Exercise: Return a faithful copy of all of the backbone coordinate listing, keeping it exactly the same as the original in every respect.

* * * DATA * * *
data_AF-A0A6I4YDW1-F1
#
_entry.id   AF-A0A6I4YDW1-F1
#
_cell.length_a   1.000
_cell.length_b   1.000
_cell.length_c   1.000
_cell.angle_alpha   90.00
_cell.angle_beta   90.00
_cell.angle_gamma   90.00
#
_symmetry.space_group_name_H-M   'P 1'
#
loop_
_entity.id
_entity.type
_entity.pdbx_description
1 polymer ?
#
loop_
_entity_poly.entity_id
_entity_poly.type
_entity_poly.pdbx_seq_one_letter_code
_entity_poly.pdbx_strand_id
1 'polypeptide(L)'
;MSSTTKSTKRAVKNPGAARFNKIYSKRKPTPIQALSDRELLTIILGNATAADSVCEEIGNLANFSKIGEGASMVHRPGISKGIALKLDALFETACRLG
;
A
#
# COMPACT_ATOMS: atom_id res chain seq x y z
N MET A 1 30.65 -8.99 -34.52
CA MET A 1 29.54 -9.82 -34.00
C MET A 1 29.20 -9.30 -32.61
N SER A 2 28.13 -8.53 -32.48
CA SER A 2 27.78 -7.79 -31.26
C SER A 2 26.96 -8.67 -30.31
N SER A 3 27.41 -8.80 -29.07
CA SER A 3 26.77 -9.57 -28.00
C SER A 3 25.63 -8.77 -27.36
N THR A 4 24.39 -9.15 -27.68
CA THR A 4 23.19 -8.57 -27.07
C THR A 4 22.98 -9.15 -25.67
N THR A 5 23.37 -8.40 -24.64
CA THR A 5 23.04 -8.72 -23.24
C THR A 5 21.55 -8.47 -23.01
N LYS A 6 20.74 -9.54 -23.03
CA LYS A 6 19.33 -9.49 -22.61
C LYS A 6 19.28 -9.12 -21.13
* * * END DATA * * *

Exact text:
data_AF-A0A6I4YDW1-F1
#
_entry.id   AF-A0A6I4YDW1-F1
#
_cell.length_a   1.000
_cell.length_b   1.000
_cell.length_c   1.000
_cell.angle_alpha   90.00
_cell.angle_beta   90.00
_cell.angle_gamma   90.00
#
_symmetry.space_group_name_H-M   'P 1'
#
loop_
_entity.id
_entity.type
_entity.pdbx_description
1 polymer ?
#
loop_
_entity_poly.entity_id
_entity_poly.type
_entity_poly.pdbx_seq_one_letter_code
_entity_poly.pdbx_strand_id
1 'polypeptide(L)'
;MSSTTKSTKRAVKNPGAARFNKIYSKRKPTPIQALSDRELLTIILGNATAADSVCEEIGNLANFSKIGEGASMVHRPGISKGIALKLDALFETACRLG
;
A
#
# COMPACT_ATOMS: atom_id res chain seq x y z
N MET A 1 30.65 -8.99 -34.52
CA MET A 1 29.54 -9.82 -34.00
C MET A 1 29.20 -9.30 -32.61
N SER A 2 28.13 -8.53 -32.48
CA SER A 2 27.78 -7.79 -31.26
C SER A 2 26.96 -8.67 -30.31
N SER A 3 27.41 -8.80 -29.07
CA SER A 3 26.77 -9.57 -28.00
C SER A 3 25.63 -8.77 -27.36
N THR A 4 24.39 -9.15 -27.68
CA THR A 4 23.19 -8.57 -27.07
C THR A 4 22.98 -9.15 -25.67
N THR A 5 23.37 -8.40 -24.64
CA THR A 5 23.04 -8.72 -23.24
C THR A 5 21.55 -8.47 -23.01
N LYS A 6 20.74 -9.54 -23.03
CA LYS A 6 19.33 -9.49 -22.61
C LYS A 6 19.28 -9.12 -21.13